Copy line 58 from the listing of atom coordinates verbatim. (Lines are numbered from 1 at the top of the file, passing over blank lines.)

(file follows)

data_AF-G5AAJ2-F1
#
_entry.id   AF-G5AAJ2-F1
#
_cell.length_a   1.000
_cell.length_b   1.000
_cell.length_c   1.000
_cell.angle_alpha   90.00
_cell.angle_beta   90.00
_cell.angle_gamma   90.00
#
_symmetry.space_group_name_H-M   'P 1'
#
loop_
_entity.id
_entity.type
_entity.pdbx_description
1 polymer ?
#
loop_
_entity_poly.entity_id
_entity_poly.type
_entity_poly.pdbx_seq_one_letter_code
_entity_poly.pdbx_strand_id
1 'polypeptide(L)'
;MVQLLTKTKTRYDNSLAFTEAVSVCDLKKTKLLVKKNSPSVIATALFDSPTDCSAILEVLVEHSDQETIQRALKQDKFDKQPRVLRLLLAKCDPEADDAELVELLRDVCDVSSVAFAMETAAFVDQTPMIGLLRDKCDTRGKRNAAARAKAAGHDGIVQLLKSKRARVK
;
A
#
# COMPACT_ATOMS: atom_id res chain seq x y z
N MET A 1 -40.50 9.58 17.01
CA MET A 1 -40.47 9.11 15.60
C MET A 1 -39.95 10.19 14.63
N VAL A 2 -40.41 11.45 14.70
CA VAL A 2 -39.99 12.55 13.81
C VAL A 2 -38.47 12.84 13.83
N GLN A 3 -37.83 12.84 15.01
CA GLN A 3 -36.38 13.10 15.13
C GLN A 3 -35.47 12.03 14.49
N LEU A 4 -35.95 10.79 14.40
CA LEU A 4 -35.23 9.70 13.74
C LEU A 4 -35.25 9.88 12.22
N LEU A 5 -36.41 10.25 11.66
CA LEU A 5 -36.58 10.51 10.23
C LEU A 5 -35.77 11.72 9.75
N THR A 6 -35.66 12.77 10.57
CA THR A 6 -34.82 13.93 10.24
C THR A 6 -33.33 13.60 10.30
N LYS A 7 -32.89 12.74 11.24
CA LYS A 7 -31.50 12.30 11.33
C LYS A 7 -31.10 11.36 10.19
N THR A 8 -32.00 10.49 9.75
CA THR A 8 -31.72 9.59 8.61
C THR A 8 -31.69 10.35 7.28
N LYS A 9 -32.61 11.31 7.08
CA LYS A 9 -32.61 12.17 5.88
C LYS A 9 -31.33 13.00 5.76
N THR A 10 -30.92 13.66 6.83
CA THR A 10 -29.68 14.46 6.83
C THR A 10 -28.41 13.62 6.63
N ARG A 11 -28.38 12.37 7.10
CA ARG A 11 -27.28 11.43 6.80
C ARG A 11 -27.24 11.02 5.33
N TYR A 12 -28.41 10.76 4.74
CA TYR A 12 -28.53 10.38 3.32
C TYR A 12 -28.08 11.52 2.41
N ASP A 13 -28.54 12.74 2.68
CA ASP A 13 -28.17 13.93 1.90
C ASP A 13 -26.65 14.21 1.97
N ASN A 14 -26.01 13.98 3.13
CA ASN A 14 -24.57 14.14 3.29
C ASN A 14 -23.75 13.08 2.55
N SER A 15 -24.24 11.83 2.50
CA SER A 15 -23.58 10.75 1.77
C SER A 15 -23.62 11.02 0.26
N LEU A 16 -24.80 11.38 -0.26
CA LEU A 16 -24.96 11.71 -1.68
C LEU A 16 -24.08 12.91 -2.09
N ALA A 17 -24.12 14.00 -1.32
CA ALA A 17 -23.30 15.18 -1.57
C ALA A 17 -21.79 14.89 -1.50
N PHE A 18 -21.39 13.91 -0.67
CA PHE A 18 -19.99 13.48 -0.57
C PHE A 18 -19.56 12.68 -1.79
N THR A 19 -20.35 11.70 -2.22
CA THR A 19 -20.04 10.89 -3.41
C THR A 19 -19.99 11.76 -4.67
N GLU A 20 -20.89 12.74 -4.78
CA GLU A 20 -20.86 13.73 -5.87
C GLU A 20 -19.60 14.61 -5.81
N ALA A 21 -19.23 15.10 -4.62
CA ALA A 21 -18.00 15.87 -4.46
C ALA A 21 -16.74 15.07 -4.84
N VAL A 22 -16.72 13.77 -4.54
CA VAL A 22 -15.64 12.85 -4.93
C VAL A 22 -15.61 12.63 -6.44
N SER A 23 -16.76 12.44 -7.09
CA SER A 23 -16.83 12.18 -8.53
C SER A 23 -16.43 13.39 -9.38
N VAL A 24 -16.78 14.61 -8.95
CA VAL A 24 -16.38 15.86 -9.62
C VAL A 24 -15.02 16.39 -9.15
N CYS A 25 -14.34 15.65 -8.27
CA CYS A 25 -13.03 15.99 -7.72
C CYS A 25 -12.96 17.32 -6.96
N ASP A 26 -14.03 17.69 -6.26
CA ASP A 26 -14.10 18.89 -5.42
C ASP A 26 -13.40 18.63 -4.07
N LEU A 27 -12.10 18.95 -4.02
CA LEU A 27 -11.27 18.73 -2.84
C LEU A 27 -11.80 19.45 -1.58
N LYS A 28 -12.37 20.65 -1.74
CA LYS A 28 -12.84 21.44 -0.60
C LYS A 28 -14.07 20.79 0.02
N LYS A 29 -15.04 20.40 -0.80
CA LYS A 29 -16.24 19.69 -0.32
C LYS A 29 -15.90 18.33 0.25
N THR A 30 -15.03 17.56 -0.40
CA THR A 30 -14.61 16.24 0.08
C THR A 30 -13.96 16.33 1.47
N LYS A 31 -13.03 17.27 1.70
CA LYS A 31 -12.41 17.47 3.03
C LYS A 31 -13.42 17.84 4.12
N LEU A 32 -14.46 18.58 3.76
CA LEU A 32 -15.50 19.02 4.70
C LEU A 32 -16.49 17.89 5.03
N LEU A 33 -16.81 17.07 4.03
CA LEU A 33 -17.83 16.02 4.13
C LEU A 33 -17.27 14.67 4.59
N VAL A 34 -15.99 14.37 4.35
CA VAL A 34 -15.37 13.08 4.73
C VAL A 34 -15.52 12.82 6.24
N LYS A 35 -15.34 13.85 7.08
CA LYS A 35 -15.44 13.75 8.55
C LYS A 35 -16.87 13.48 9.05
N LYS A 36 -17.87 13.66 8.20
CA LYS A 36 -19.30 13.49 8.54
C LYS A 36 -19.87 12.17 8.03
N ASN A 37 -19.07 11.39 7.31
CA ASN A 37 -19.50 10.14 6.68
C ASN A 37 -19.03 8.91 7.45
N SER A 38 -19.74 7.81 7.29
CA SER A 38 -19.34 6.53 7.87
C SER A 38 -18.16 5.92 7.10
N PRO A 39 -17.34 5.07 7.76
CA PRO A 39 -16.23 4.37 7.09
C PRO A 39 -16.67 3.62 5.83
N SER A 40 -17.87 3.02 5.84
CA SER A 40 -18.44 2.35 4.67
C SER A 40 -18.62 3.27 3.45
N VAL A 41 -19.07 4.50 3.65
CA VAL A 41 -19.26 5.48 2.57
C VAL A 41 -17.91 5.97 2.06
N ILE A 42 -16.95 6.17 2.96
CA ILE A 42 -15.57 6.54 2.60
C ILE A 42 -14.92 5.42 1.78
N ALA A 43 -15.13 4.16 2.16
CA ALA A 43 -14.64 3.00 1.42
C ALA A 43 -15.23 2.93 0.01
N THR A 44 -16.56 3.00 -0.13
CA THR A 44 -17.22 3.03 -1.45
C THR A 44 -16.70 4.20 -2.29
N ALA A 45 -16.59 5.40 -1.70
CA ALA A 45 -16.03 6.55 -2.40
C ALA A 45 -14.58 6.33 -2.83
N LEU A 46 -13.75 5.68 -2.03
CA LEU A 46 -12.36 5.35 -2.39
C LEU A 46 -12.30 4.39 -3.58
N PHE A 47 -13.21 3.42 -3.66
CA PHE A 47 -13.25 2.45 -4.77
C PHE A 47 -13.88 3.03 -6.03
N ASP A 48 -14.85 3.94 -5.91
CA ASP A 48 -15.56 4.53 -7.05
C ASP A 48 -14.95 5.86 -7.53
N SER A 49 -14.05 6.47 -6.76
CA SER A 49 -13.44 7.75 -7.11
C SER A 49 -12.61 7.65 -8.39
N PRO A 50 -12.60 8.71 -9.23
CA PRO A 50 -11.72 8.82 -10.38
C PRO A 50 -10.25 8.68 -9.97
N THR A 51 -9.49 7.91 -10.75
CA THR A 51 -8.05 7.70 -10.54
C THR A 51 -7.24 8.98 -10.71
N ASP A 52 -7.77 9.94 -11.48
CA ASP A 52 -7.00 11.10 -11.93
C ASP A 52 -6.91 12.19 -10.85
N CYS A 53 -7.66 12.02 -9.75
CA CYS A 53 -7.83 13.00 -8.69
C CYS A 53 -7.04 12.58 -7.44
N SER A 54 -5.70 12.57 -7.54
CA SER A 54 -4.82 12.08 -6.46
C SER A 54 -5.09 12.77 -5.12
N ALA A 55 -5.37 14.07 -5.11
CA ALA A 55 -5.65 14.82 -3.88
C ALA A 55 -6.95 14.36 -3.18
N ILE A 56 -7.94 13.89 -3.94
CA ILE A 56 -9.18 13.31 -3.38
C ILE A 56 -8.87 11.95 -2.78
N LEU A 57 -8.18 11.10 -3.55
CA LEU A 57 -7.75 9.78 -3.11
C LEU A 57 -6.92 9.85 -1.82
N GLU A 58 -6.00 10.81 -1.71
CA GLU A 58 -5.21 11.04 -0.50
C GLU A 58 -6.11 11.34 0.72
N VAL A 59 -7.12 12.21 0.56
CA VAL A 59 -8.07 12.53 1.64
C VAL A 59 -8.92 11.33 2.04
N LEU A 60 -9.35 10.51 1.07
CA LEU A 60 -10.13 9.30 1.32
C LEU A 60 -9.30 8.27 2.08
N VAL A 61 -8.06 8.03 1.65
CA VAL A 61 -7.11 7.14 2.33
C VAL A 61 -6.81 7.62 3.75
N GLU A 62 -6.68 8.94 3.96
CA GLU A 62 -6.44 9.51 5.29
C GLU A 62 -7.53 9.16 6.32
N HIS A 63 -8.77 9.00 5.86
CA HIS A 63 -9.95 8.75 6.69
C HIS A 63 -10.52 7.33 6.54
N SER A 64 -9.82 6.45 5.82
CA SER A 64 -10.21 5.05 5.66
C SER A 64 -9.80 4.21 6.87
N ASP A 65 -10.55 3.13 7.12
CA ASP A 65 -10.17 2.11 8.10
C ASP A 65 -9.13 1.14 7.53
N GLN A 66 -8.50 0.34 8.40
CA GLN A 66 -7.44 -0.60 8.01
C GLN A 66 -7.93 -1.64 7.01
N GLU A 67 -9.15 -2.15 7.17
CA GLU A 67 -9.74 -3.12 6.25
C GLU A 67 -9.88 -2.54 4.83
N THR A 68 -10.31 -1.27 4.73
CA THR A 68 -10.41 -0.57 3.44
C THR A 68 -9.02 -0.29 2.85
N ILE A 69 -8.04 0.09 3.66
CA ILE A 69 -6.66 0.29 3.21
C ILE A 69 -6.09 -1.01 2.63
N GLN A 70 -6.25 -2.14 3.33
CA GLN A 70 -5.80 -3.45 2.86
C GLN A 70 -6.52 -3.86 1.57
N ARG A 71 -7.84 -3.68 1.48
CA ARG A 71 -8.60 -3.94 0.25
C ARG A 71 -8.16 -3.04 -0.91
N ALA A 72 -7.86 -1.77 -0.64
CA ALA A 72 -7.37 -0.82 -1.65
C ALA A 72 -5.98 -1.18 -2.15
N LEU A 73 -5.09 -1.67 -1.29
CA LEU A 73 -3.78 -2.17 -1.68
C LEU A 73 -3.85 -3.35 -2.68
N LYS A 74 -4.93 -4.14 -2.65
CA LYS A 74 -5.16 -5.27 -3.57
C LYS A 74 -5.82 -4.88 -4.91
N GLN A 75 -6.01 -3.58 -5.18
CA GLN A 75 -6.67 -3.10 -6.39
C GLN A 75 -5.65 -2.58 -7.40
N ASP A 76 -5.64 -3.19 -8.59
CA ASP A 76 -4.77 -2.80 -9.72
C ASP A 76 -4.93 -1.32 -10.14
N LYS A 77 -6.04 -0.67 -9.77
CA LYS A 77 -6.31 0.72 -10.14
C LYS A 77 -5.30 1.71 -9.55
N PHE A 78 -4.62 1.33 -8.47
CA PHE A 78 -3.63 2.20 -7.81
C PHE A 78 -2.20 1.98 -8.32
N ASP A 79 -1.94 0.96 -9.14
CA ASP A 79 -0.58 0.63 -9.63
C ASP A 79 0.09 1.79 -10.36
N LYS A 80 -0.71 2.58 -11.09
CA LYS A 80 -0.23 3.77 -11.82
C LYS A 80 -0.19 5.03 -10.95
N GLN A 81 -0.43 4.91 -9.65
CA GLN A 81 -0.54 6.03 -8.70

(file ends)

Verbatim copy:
N THR A 10 -30.92 13.66 6.83